The recovery of place has significance for more than the arts; it has rich missional significance. In fact, the recovery of missio Dei is directly related to a recovery of place. Without this way of seeing, the Incarnation becomes a doctrine that we embrace with our minds while refusing to know it in practice. Charles Taylor calls this “excarnation” in A Secular Age. Compare the words of Leanne Simpson, the First Nations academic: “Colonialism and capitalism are based on extracting and assimilating. My land is seen as a resource… The act of extraction removes all of the relationships that give whatever is being extracted meaning.” (interview with Canadian indigenous elder Leanne Simpson in YES magazine. “Dancing the World Into Being.” March 5, 2013.)

It’s people like Leanne Simpson who cued me to the connection between place and post-colonial theology. And in order for us to recover a biblical view of land, and the spiritual practices associated with it, we’ll need to make another connection: that between land and covenant. Over-emphasis on the latter yields a place-space trade, where concrete place is once again abstracted into space. But the differences are profound. Walter Brueggemann writes,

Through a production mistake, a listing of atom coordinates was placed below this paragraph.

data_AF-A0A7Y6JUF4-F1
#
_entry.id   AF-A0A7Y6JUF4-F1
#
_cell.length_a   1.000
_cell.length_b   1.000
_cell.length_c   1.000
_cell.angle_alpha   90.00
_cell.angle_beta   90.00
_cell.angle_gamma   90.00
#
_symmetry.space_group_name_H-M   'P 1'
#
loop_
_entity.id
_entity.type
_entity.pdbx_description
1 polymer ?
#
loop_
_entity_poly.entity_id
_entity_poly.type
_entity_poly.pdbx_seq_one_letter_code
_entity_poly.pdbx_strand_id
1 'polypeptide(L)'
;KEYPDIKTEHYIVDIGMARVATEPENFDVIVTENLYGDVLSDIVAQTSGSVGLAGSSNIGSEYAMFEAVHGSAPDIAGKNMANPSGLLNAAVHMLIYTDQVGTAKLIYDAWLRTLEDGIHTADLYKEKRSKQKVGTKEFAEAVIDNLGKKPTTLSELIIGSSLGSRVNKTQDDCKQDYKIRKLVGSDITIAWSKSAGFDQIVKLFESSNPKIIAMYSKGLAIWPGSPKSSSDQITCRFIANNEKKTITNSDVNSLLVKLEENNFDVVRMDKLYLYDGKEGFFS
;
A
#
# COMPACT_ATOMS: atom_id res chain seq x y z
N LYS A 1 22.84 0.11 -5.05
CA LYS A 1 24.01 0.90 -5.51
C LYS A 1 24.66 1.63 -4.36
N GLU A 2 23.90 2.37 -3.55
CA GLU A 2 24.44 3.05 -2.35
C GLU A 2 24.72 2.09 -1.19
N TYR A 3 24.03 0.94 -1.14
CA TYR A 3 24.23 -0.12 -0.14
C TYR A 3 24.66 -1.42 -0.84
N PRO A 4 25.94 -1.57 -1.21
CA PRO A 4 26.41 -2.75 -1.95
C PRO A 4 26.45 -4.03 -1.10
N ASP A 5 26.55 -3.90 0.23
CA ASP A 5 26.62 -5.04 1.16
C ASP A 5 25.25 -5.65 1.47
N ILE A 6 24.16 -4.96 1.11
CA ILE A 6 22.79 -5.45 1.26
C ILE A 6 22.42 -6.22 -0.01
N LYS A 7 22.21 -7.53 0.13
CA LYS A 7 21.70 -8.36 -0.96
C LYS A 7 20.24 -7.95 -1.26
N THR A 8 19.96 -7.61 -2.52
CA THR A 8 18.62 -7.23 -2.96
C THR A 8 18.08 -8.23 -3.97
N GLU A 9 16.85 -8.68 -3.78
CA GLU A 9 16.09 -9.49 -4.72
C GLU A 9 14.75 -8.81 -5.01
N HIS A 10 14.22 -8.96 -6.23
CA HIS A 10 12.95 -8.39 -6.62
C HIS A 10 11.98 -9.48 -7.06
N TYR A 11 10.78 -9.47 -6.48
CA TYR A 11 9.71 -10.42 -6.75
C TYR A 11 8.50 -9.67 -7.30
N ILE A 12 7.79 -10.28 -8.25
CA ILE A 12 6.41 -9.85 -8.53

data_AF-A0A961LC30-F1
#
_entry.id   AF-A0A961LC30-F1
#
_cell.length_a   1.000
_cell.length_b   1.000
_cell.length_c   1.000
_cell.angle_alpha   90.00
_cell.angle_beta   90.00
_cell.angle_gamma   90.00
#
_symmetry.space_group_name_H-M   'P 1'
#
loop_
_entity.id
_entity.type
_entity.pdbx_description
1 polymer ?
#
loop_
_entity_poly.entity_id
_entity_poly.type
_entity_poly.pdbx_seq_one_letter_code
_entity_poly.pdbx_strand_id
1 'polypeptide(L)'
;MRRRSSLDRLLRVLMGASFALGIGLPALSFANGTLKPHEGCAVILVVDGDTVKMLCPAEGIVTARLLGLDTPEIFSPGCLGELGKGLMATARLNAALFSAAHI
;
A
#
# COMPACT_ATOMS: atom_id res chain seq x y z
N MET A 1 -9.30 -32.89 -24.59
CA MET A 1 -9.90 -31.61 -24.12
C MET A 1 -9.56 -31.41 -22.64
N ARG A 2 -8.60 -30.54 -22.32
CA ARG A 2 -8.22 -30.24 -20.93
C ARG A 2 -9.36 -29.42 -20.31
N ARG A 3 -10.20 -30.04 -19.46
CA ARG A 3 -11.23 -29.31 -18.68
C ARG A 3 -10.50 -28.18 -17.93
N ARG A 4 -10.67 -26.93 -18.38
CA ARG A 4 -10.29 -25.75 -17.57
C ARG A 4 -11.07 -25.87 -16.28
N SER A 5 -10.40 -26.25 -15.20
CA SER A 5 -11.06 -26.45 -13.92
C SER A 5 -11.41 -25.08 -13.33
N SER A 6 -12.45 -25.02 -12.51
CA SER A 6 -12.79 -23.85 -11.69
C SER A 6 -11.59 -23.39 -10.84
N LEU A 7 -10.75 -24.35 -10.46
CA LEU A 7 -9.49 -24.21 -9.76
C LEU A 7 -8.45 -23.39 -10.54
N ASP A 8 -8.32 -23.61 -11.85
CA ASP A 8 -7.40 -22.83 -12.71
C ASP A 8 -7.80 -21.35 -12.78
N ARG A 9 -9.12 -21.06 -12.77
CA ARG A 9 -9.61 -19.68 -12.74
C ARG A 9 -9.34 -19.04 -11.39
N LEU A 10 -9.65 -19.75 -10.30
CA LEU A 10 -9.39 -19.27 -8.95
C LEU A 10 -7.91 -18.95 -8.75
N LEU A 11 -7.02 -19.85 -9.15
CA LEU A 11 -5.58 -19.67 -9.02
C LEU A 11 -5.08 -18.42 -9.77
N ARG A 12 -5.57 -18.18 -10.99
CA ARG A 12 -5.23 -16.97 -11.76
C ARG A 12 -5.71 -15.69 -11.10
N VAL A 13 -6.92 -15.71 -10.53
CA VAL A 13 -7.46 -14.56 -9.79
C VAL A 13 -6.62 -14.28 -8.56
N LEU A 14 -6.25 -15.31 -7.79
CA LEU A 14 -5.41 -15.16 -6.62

“Space” means an arena of freedom, without coercion or accountability, free of pressures and void of authority. But “place” is a very different matter. Place is space which has historical meanings, where some things have happened which are now remembered … Place is indeed a protest against the unpromising pursuit of space. It is a declaration that our humanness cannot be found in escape, detachment, absence of commitment and undefined freedom. (The Land, 6)

Moreover, a post-colonial theology of place must translate the general experience of oppression into the concrete particularity of dispossession. Who are the dispossessed? It’s usually those who have no power, or those who have been marginalized because of race or religion. See this video: Broken Covenant.